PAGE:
# Choosing constant to minimize mean square error

Can you please help me show the statement below? I am not exactly sure where to start. As a function of $c$, the quadratic $\mathrm E(S^4)c^2-2\sigma^2\mathrm E(S^2)c+\sigma^4$ is minimum at $c=\sigma^2\mathrm E(S^2)/\mathrm E(S^4)$. To compute this ratio, the simplest approach could be to compute $\mathrm E(S^2)$ and $\mathrm E(S^4)$.
For starters, would you know how to compute $\mathrm E(S^2)$? Hint: the value of $\mathrm E(S^2)$ does not depend on the sample being drawn from a normal distribution, but only on the parameters $\mu$ and $\sigma^2$.
• (1) What is the definition of $S^2$ you want to use? (2) Answering that $E(S^2)=\sigma^2$ because $S^2$ is [an] unbiased [estimator of the variance], is akin to playing with words and this is not what I suggested. My suggestion was rather to reprove this comparatively simple fact (or to remember how its proof goes), in order to be ready to tackle $E(S^4)$. In the end, this is up to you: either you wait for a complete answer to appear on this page (something which may very well happen, unfortunately), or you start doing maths yourself... – Did Oct 15 '11 at 6:56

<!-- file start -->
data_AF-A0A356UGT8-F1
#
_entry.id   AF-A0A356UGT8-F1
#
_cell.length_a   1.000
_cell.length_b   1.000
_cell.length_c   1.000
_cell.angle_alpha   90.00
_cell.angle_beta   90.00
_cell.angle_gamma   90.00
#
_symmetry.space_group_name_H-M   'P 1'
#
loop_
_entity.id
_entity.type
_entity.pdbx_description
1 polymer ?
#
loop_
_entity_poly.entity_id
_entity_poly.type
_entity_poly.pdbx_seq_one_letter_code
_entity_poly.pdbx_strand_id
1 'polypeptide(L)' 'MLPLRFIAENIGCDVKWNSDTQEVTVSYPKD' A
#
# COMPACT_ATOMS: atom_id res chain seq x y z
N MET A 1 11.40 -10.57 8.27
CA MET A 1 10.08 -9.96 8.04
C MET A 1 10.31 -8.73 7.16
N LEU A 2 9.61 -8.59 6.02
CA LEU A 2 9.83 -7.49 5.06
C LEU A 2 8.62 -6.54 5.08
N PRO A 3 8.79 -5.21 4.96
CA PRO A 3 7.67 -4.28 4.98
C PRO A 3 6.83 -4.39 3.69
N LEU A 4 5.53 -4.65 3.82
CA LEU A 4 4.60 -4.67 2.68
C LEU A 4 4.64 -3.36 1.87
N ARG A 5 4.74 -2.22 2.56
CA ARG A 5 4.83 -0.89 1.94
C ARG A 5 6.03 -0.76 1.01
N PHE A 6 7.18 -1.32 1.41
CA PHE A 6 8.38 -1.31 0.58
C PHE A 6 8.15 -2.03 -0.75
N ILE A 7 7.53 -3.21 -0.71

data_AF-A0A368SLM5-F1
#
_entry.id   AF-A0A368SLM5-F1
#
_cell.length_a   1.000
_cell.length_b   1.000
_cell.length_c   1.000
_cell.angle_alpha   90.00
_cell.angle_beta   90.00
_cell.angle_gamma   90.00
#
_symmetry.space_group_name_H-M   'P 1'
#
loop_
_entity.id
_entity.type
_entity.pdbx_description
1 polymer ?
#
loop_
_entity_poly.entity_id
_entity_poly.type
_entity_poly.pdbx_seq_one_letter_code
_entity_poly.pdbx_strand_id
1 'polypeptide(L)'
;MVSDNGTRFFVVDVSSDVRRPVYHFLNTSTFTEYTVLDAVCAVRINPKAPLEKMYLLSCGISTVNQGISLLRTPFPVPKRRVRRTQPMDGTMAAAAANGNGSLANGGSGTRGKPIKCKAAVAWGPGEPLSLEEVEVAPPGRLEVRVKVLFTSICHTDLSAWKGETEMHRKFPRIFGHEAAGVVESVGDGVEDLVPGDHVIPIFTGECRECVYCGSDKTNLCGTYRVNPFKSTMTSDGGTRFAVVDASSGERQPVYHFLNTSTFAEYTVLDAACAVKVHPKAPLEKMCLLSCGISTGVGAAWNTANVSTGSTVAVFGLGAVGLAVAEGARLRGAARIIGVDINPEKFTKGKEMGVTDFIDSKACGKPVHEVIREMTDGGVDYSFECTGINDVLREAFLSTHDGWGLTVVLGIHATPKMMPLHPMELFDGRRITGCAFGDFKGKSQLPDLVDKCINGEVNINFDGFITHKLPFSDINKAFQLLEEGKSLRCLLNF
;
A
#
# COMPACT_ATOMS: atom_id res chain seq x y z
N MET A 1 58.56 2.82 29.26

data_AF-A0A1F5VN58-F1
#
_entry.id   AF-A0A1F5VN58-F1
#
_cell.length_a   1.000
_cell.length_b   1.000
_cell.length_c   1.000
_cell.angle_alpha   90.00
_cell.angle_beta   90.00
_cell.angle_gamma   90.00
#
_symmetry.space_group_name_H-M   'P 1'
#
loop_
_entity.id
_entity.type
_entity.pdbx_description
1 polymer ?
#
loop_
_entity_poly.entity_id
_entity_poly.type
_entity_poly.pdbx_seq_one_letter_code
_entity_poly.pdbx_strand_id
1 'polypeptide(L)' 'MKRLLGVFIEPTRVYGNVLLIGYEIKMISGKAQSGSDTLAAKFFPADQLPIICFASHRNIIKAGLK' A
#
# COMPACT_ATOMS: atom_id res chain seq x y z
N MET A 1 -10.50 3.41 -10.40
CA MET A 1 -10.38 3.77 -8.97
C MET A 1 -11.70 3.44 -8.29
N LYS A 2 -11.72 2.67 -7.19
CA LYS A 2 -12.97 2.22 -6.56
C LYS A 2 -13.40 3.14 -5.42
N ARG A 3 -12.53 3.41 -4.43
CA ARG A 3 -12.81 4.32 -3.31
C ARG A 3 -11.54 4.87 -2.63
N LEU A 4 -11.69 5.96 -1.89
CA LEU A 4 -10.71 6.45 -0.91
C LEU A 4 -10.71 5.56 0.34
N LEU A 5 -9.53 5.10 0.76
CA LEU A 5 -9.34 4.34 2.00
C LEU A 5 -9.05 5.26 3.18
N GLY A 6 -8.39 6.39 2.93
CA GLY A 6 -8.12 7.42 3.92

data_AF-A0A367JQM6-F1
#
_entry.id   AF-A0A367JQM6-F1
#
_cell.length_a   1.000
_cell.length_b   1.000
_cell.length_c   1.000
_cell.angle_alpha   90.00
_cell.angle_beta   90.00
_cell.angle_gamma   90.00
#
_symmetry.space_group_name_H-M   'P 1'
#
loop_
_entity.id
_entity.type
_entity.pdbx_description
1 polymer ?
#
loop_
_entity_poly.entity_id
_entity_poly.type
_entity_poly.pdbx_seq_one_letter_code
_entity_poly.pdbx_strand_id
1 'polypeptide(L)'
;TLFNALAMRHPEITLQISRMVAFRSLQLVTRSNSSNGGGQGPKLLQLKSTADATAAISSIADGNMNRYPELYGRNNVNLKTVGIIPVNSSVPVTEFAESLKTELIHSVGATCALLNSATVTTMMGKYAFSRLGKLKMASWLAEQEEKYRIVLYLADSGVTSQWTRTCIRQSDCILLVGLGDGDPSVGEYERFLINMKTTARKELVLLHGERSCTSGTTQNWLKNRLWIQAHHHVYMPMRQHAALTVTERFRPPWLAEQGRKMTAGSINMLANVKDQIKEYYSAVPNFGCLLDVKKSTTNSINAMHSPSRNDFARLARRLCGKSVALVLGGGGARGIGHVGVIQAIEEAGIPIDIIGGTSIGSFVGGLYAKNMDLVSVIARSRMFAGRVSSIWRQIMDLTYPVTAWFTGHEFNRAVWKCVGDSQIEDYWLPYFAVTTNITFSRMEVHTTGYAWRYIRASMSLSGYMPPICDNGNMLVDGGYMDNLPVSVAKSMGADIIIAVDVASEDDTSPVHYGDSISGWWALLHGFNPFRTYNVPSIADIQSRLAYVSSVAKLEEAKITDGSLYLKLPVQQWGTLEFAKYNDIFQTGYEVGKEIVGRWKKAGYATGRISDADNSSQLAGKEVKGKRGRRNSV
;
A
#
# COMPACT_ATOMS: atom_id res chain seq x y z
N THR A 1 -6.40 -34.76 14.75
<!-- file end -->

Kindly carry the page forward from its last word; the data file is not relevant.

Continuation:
• (1) (bis) What is the definition of $S^2$ you want to use? There are several options and as long as you have not said which one you use, the discussion is pointless. (3) For homogeneity reasons, $E(S^4)$ should be of degree $4$ in the variables $\mu$ and $\sigma$ hence the formula for $E(S^4)$ in your last comment cannot hold, whatever option you choose to define $S^2$. (4) NEVERTHELESS, I suggest you write here (either in your post or in an answer) how you got $\mu^2+\sigma^2$ for $E(S^4)$ and $\sigma^2$ for $E(S^2)$, so that we have something concrete to discuss. – Did Oct 16 '11 at 7:50